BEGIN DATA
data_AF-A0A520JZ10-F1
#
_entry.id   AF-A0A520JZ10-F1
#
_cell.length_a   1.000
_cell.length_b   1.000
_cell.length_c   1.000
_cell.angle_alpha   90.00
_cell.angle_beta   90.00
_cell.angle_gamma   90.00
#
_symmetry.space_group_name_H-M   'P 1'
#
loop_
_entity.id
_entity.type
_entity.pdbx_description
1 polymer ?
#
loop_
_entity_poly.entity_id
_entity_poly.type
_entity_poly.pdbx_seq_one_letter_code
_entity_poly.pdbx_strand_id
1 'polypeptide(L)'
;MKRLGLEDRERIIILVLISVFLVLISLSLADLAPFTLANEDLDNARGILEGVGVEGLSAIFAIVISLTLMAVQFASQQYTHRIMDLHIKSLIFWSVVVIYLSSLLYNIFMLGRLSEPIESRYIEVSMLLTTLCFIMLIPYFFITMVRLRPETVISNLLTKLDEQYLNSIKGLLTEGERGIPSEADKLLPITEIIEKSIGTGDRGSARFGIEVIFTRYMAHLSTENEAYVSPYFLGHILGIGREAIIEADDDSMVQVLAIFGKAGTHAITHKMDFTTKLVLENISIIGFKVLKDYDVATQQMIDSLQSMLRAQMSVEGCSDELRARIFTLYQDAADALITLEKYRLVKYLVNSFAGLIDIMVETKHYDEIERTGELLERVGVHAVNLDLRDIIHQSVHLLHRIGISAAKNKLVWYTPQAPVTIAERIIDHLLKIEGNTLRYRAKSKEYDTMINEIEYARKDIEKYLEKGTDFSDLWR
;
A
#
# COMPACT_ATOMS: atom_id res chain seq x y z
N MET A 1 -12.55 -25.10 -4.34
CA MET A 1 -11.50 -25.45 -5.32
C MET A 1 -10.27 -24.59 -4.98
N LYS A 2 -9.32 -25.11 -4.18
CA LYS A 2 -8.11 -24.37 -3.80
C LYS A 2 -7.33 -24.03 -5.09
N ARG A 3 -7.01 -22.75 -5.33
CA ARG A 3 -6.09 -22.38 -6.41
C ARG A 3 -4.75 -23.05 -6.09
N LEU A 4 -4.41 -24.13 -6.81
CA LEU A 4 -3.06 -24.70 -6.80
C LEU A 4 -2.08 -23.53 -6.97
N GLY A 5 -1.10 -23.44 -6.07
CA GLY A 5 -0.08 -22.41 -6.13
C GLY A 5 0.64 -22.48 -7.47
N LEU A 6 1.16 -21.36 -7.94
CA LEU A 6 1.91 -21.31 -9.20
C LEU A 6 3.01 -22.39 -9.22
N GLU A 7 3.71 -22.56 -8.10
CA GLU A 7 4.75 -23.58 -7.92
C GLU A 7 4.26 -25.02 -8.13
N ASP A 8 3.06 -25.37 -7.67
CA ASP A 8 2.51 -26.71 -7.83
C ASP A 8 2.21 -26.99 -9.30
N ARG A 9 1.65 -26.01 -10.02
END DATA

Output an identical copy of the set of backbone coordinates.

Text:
data_AF-A0A520JZ10-F1
#
_entry.id   AF-A0A520JZ10-F1
#
_cell.length_a   1.000
_cell.length_b   1.000
_cell.length_c   1.000
_cell.angle_alpha   90.00
_cell.angle_beta   90.00
_cell.angle_gamma   90.00
#
_symmetry.space_group_name_H-M   'P 1'
#
loop_
_entity.id
_entity.type
_entity.pdbx_description
1 polymer ?
#
loop_
_entity_poly.entity_id
_entity_poly.type
_entity_poly.pdbx_seq_one_letter_code
_entity_poly.pdbx_strand_id
1 'polypeptide(L)'
;MKRLGLEDRERIIILVLISVFLVLISLSLADLAPFTLANEDLDNARGILEGVGVEGLSAIFAIVISLTLMAVQFASQQYTHRIMDLHIKSLIFWSVVVIYLSSLLYNIFMLGRLSEPIESRYIEVSMLLTTLCFIMLIPYFFITMVRLRPETVISNLLTKLDEQYLNSIKGLLTEGERGIPSEADKLLPITEIIEKSIGTGDRGSARFGIEVIFTRYMAHLSTENEAYVSPYFLGHILGIGREAIIEADDDSMVQVLAIFGKAGTHAITHKMDFTTKLVLENISIIGFKVLKDYDVATQQMIDSLQSMLRAQMSVEGCSDELRARIFTLYQDAADALITLEKYRLVKYLVNSFAGLIDIMVETKHYDEIERTGELLERVGVHAVNLDLRDIIHQSVHLLHRIGISAAKNKLVWYTPQAPVTIAERIIDHLLKIEGNTLRYRAKSKEYDTMINEIEYARKDIEKYLEKGTDFSDLWR
;
A
#
# COMPACT_ATOMS: atom_id res chain seq x y z
N MET A 1 -12.55 -25.10 -4.34
CA MET A 1 -11.50 -25.45 -5.32
C MET A 1 -10.27 -24.59 -4.98
N LYS A 2 -9.32 -25.11 -4.18
CA LYS A 2 -8.11 -24.37 -3.80
C LYS A 2 -7.33 -24.03 -5.09
N ARG A 3 -7.01 -22.75 -5.33
CA ARG A 3 -6.09 -22.38 -6.41
C ARG A 3 -4.75 -23.05 -6.09
N LEU A 4 -4.41 -24.13 -6.81
CA LEU A 4 -3.06 -24.70 -6.80
C LEU A 4 -2.08 -23.53 -6.97
N GLY A 5 -1.10 -23.44 -6.07
CA GLY A 5 -0.08 -22.41 -6.13
C GLY A 5 0.64 -22.48 -7.47
N LEU A 6 1.16 -21.36 -7.94
CA LEU A 6 1.91 -21.31 -9.20
C LEU A 6 3.01 -22.39 -9.22
N GLU A 7 3.71 -22.56 -8.10
CA GLU A 7 4.75 -23.58 -7.92
C GLU A 7 4.26 -25.02 -8.13
N ASP A 8 3.06 -25.37 -7.67
CA ASP A 8 2.51 -26.71 -7.83
C ASP A 8 2.21 -26.99 -9.30
N ARG A 9 1.65 -26.01 -10.02